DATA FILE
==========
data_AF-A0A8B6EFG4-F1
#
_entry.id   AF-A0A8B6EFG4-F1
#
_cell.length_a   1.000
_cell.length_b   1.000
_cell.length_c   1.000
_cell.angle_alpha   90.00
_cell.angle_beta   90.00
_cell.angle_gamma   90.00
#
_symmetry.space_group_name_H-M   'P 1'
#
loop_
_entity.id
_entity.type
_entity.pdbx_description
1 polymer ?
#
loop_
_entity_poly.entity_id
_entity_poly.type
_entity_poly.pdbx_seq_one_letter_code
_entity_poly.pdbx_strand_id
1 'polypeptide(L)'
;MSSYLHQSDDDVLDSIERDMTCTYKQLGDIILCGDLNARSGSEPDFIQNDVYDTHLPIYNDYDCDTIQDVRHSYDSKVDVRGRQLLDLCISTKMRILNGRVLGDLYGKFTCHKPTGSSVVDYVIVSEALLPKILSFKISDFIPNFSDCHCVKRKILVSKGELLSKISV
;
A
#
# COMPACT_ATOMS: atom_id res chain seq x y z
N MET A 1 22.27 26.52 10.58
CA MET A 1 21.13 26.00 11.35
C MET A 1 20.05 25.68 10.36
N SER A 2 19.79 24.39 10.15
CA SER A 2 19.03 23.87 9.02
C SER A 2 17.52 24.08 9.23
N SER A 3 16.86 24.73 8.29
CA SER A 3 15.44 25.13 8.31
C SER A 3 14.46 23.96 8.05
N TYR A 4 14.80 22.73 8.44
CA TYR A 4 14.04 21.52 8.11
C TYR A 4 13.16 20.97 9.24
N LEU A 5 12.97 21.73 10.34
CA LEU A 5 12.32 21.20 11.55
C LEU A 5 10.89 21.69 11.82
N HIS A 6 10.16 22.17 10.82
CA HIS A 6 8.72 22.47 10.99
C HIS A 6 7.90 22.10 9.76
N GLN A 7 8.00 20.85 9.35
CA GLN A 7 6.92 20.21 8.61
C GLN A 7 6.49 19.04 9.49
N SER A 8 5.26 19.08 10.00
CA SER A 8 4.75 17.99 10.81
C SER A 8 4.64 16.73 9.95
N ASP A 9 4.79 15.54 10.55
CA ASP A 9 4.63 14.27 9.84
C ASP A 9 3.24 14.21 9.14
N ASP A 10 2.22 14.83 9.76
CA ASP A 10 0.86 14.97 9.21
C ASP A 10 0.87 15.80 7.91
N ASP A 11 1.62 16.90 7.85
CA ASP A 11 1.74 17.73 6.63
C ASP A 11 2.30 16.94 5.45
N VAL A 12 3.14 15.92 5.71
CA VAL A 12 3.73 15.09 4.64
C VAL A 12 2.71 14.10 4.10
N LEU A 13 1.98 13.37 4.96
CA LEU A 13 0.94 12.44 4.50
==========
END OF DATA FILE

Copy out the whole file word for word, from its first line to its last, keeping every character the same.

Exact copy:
data_AF-A0A8B6EFG4-F1
#
_entry.id   AF-A0A8B6EFG4-F1
#
_cell.length_a   1.000
_cell.length_b   1.000
_cell.length_c   1.000
_cell.angle_alpha   90.00
_cell.angle_beta   90.00
_cell.angle_gamma   90.00
#
_symmetry.space_group_name_H-M   'P 1'
#
loop_
_entity.id
_entity.type
_entity.pdbx_description
1 polymer ?
#
loop_
_entity_poly.entity_id
_entity_poly.type
_entity_poly.pdbx_seq_one_letter_code
_entity_poly.pdbx_strand_id
1 'polypeptide(L)'
;MSSYLHQSDDDVLDSIERDMTCTYKQLGDIILCGDLNARSGSEPDFIQNDVYDTHLPIYNDYDCDTIQDVRHSYDSKVDVRGRQLLDLCISTKMRILNGRVLGDLYGKFTCHKPTGSSVVDYVIVSEALLPKILSFKISDFIPNFSDCHCVKRKILVSKGELLSKISV
;
A
#
# COMPACT_ATOMS: atom_id res chain seq x y z
N MET A 1 22.27 26.52 10.58
CA MET A 1 21.13 26.00 11.35
C MET A 1 20.05 25.68 10.36
N SER A 2 19.79 24.39 10.15
CA SER A 2 19.03 23.87 9.02
C SER A 2 17.52 24.08 9.23
N SER A 3 16.86 24.73 8.29
CA SER A 3 15.44 25.13 8.31
C SER A 3 14.46 23.96 8.05
N TYR A 4 14.80 22.73 8.44
CA TYR A 4 14.04 21.52 8.11
C TYR A 4 13.16 20.97 9.24
N LEU A 5 12.97 21.73 10.34
CA LEU A 5 12.32 21.20 11.55
C LEU A 5 10.89 21.69 11.82
N HIS A 6 10.16 22.17 10.82
CA HIS A 6 8.72 22.47 10.99
C HIS A 6 7.90 22.10 9.76
N GLN A 7 8.00 20.85 9.35
CA GLN A 7 6.92 20.21 8.61
C GLN A 7 6.49 19.04 9.49
N SER A 8 5.26 19.08 10.00
CA SER A 8 4.75 17.99 10.81
C SER A 8 4.64 16.73 9.95
N ASP A 9 4.79 15.54 10.55
CA ASP A 9 4.63 14.27 9.84
C ASP A 9 3.24 14.21 9.14
N ASP A 10 2.22 14.83 9.76
CA ASP A 10 0.86 14.97 9.21
C ASP A 10 0.87 15.80 7.91
N ASP A 11 1.62 16.90 7.85
CA ASP A 11 1.74 17.73 6.63
C ASP A 11 2.30 16.94 5.45
N VAL A 12 3.14 15.92 5.71
CA VAL A 12 3.73 15.09 4.64
C VAL A 12 2.71 14.10 4.10
N LEU A 13 1.98 13.37 4.96
CA LEU A 13 0.94 12.44 4.50